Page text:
By Craig Nova

Lyons. 111 pp. $20


By Jan Zita Grover

Graywolf. 231 pp. Paperback, $14

Reviewed by Chris Bolgiano

What motivates people to stand for hours in cold water trying to fool fish into biting a hook tied to a line tied to a stick? Each of these books has a different answer, although they start out from the same unusual place: They were written by authors who taught themselves to fish as adults, attracted to it in part by the voluminous body of literature that fishing has inspired, especially fly fishing. Like hunting, fishing is usually transmitted through the generations by fathers teaching their children. Fathers lurk like Freudian lunkers in both books, but not because they taught their offspring to fish. Instead, both Craig Nova and Jan Grover rejected aspects of their fathers' personalities in making serious, life-enhancing commitments in early adulthood and middle age, respectively, to pursue fish.

Craig Nova's Brook Trout and the Writing Life is a memoir of finding his voice as a writer, a process in which brook trout often served as a catalyst for crystallizing his ideas. A beautiful and delicious fish native to the wildest and cleanest of North American waters, the brooky arches out of pristine creeks to form Nova's bridge to nature, the world's and his own. While living in New York City, Nova met the woman he would later marry, who took him to her family summering place near the Delaware River. Here, in his late twenties, he caught his first brook trout. Eventually he moved to that house, began a family, then moved with them to Vermont. He published first one novel, then nearly a dozen more.

Through it all, he fished. And he tells . . . well, fishermen's stories, like the one in which landing a big fish cured a man's stammering. But this is hardly a conventional fishing tale, and the size of the fish -- or even whether one is caught -- is mostly beside the point. Consciously rejecting his father's need to control, Nova chose fishing as a way to become a participant in the natural world. What matters most to him is the "connection between things . . . The events of my life and brook trout often meet at the line of demarcation between the world of fish and the world of the fisherman, between the seen and the unseen." When he realizes, for example, that hawks flying on a clear day cast moving shadows that frighten fish away from rising to a lure, Nova examines his past and finds moving shadows that prefigured trouble. As he comes to recognize connections, he matures as a writer and a human being. He shows how a natural setting can be imbued with meaning through memory, how remembered sounds and sights coalesce into tableaux of emotion. His prose evokes shimmering moments in his life, like moonlight on a riffle.

Jan Grover casts her net for a different kind of catch in Northern Waters. Her book is not really a memoir, although it does record the past six years of her life as she moved from being a battler of AIDS in San Francisco to a freelance writer in Minnesota. Rather, it's an exploration of fishing as a means of learning not only about herself but also about the place in which she lives. As she becomes acquainted with the waters that feed Lake Superior, Grover finds that "streams are not places of escape. They speak in their own terms to the ongoing history of their place, and on most of the streams I know, that history has not been very pretty." Grover courageously confronts our ugly heritage of rapine and destruction, but moves beyond it to celebrate resilience, survival and the increasing momentum for restoration.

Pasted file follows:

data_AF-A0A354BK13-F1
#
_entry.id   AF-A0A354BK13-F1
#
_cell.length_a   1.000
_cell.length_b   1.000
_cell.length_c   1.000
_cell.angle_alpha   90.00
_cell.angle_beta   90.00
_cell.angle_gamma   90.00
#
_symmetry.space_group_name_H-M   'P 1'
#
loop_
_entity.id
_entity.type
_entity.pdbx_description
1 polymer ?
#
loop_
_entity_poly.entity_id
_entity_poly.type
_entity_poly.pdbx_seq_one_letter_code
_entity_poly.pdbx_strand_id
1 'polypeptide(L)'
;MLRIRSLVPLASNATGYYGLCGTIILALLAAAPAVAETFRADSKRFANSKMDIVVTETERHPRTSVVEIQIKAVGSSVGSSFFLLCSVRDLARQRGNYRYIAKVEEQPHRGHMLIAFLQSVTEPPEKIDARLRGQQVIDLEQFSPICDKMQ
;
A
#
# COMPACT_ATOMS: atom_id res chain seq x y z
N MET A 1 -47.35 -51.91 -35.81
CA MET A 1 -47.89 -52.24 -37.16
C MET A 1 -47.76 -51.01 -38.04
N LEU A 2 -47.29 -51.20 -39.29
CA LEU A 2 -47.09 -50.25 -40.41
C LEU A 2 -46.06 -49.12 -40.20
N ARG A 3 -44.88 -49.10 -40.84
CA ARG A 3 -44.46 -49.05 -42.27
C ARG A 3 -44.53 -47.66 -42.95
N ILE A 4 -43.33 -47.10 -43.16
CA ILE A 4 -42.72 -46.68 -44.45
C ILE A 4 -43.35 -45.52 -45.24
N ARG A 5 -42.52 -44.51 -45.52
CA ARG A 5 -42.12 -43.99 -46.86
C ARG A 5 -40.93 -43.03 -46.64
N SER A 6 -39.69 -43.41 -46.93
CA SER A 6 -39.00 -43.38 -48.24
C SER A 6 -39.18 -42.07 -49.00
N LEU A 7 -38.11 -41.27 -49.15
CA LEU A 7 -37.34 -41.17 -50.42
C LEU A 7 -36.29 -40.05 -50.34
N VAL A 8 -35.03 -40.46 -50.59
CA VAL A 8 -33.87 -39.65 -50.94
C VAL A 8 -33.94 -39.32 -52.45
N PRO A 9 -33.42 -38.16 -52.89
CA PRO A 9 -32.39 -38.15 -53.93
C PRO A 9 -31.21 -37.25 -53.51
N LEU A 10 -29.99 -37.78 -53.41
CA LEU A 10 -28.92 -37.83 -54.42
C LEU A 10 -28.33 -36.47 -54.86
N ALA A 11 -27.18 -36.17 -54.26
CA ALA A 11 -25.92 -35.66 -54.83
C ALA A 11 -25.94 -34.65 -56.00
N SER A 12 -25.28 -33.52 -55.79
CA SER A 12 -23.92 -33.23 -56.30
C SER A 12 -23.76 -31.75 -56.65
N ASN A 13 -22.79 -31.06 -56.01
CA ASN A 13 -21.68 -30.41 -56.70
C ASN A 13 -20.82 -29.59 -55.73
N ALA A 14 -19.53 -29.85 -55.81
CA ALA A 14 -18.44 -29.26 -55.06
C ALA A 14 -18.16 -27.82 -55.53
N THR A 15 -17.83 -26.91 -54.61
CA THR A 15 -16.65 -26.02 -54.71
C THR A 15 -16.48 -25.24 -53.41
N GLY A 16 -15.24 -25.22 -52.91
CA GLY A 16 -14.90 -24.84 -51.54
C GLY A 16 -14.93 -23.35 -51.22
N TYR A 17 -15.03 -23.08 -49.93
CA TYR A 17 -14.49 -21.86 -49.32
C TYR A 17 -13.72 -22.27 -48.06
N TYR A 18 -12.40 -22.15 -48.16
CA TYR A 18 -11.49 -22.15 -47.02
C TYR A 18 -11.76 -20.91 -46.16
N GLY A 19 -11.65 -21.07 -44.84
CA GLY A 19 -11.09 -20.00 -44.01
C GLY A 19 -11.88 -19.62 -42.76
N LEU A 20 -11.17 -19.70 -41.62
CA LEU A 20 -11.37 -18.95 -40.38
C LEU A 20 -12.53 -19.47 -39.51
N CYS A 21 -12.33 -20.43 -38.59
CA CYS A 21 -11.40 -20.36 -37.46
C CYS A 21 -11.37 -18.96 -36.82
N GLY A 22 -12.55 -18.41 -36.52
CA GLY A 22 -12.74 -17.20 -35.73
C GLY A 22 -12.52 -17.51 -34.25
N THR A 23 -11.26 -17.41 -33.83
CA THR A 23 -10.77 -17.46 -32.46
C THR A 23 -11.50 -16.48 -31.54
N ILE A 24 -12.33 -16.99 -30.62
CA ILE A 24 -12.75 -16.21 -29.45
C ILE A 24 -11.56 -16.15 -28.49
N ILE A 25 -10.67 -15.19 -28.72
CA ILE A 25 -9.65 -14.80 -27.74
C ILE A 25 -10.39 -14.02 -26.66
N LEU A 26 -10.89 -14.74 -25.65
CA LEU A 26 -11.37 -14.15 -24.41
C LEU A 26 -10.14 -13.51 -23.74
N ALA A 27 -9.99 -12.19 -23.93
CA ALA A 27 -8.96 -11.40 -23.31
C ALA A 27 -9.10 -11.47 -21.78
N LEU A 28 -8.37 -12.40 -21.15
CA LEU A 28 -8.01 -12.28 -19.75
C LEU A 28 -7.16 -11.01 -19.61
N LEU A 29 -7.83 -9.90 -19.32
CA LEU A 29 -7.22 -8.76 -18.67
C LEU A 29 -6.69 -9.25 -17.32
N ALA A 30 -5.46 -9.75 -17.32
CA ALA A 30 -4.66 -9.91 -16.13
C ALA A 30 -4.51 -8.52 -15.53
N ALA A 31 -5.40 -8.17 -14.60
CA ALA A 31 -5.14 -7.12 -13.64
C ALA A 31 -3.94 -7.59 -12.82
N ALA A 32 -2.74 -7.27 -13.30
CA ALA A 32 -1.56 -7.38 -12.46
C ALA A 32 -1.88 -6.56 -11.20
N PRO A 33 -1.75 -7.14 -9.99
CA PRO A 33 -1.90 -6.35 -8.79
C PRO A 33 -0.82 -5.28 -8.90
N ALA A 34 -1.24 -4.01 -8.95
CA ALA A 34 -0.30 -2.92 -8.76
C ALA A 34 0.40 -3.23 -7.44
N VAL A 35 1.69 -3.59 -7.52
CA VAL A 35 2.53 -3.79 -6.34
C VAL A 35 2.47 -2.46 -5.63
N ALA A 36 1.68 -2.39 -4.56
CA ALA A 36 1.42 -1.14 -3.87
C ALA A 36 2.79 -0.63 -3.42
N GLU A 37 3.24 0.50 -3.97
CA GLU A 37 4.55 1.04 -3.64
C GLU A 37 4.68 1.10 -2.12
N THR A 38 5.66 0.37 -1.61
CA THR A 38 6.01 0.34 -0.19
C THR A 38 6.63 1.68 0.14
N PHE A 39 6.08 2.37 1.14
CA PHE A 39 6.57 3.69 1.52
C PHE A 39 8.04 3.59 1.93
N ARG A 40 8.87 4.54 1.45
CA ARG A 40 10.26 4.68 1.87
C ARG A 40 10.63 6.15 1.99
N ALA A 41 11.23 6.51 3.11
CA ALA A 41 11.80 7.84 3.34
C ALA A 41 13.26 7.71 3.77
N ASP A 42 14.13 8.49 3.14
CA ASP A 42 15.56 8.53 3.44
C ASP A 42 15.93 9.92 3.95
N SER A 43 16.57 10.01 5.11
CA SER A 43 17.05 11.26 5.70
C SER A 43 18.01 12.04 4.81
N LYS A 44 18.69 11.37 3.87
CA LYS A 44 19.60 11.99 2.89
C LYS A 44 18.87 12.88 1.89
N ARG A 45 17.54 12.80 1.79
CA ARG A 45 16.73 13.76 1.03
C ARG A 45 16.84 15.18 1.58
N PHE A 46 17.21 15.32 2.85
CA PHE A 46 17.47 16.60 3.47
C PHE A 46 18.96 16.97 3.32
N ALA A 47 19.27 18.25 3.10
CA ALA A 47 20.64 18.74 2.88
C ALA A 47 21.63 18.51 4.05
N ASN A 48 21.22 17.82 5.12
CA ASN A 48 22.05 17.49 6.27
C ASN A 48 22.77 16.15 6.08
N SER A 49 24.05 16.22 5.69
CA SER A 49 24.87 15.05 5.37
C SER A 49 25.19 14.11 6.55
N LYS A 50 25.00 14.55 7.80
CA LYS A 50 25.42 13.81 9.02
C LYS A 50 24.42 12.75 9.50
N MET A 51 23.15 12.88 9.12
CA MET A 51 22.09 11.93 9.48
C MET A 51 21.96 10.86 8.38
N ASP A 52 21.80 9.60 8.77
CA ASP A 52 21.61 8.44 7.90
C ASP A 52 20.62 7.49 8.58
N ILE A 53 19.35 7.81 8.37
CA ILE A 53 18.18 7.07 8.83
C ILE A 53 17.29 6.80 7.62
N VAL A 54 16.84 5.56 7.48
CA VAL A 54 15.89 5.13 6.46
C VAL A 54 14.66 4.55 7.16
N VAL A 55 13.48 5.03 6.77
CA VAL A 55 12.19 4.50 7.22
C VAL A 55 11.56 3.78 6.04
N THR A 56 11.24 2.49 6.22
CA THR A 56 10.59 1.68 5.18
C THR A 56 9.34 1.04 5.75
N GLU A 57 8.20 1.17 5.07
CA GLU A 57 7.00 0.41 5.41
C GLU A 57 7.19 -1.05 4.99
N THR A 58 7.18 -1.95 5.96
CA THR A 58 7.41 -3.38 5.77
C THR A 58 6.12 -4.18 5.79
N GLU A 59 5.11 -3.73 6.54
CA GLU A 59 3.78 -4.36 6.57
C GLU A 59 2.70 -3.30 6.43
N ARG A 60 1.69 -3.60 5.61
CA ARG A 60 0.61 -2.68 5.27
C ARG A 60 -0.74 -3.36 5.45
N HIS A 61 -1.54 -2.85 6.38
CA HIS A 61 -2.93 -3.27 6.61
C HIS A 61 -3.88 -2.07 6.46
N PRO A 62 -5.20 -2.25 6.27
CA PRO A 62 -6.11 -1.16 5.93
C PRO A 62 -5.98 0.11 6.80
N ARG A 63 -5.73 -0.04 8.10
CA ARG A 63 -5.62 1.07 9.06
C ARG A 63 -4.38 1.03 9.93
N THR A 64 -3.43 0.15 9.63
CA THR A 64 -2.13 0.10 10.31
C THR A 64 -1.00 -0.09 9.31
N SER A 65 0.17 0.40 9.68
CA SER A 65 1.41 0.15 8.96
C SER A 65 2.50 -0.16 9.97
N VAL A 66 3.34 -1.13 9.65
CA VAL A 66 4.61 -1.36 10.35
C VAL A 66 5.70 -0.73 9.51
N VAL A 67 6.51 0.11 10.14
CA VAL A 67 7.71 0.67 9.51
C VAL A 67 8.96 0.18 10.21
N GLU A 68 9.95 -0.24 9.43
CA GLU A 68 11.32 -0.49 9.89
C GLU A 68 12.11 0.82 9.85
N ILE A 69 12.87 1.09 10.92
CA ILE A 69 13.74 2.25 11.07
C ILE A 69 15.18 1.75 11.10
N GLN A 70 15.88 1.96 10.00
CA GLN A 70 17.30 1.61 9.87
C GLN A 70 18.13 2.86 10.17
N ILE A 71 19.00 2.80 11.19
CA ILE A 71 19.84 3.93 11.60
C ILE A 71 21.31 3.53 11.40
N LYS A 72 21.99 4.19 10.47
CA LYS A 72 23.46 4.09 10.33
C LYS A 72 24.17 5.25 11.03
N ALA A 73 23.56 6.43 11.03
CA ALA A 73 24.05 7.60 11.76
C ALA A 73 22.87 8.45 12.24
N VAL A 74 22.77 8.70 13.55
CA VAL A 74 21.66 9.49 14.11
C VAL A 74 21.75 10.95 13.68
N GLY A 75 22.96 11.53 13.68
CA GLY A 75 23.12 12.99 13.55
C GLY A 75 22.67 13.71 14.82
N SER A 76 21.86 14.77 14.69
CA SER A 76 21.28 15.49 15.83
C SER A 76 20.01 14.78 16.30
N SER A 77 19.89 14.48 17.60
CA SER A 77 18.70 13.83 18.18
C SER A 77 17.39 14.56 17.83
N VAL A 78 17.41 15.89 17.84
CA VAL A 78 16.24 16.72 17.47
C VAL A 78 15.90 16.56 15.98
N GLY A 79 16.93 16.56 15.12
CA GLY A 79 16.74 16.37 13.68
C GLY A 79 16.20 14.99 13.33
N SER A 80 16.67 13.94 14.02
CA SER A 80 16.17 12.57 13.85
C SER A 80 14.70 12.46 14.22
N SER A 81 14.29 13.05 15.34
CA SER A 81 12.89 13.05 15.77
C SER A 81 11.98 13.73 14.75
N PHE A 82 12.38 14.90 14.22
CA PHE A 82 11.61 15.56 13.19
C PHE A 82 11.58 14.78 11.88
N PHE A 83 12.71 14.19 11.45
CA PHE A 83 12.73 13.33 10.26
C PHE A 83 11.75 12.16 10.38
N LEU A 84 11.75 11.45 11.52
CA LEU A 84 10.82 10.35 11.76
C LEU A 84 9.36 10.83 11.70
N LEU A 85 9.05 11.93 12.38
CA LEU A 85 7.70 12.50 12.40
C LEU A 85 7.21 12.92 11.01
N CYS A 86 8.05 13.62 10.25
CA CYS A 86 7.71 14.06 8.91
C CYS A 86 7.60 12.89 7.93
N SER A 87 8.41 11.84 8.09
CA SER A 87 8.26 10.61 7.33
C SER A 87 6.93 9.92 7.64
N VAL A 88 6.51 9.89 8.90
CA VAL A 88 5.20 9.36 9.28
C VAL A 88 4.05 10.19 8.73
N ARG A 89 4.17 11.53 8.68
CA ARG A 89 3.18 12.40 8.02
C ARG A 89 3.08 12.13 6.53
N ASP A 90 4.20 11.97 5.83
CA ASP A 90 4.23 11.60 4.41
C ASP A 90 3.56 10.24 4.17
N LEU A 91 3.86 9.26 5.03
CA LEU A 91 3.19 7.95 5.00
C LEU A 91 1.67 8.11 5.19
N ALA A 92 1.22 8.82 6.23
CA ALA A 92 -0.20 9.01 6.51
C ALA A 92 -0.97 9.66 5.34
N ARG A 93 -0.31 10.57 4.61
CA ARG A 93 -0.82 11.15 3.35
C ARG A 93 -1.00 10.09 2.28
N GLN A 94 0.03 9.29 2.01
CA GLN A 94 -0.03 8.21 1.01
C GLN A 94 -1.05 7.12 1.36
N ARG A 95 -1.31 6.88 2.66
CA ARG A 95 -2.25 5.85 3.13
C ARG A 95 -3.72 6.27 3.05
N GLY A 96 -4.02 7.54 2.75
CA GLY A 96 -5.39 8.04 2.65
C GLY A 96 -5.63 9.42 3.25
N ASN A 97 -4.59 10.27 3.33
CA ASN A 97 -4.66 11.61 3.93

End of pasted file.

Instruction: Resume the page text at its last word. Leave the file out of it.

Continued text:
In 20 chapters that each deal with some aspect of fish and their life in the waters around Duluth, Grover's unusual perspective illuminates the murky depths of a passion for fishing. She writes that "the longer you watch stream fish, the more individual they become" and proves it in a chapter that makes the personality of "one immense, dying Kamloops" as unique as her own. Watching rather than catching fish is her major preoccupation, but throwing a line out is the way to make visible the particular currents that run in any given stretch. Eventually she achieves the Zen of fishing: throwing a line into waters that she knows hold no fish.

Grover rejects the cold intellectualism of her father by immersing herself in the sensual world of nature, and her prose is appropriately sensuous. Listening hard while fishing at night makes her "ears feel as if they are growing, covering my head, swiveling like fleshy dishes in the dark." Each fishing trip yields captivating vignettes of culture, fish and human, from the fate of the huge lake sturgeon that were relentlessly harvested for isinglass to the eating habits of the vampirish lamprey to which she offered a finger. Fellow fishermen are equally subject to her observation, and although she values the camaraderie she feels among them, she doesn't hesitate to question such sacred cows of recreational fishing as state hatcheries.

Grover's fish stories animate the watery landscape with creatures that are magnificent and powerful and deserving of respect. By the time she describes her defense of a salmon from stoning by a small boy -- even though, as the child perplexedly pointed out, "it's already dead" -- you understand why, and cheer her on. Most of all, she shows how faithful attendance at a single place can teach complexity, patience, humility and joy, a lesson our transient society has mostly forgotten. Both books offer lessons that far transcend the simple act of fishing.

Chris Bolgiano is the author of the prize-winning book "The Appalachian Forest, A Search for Roots and Renewal."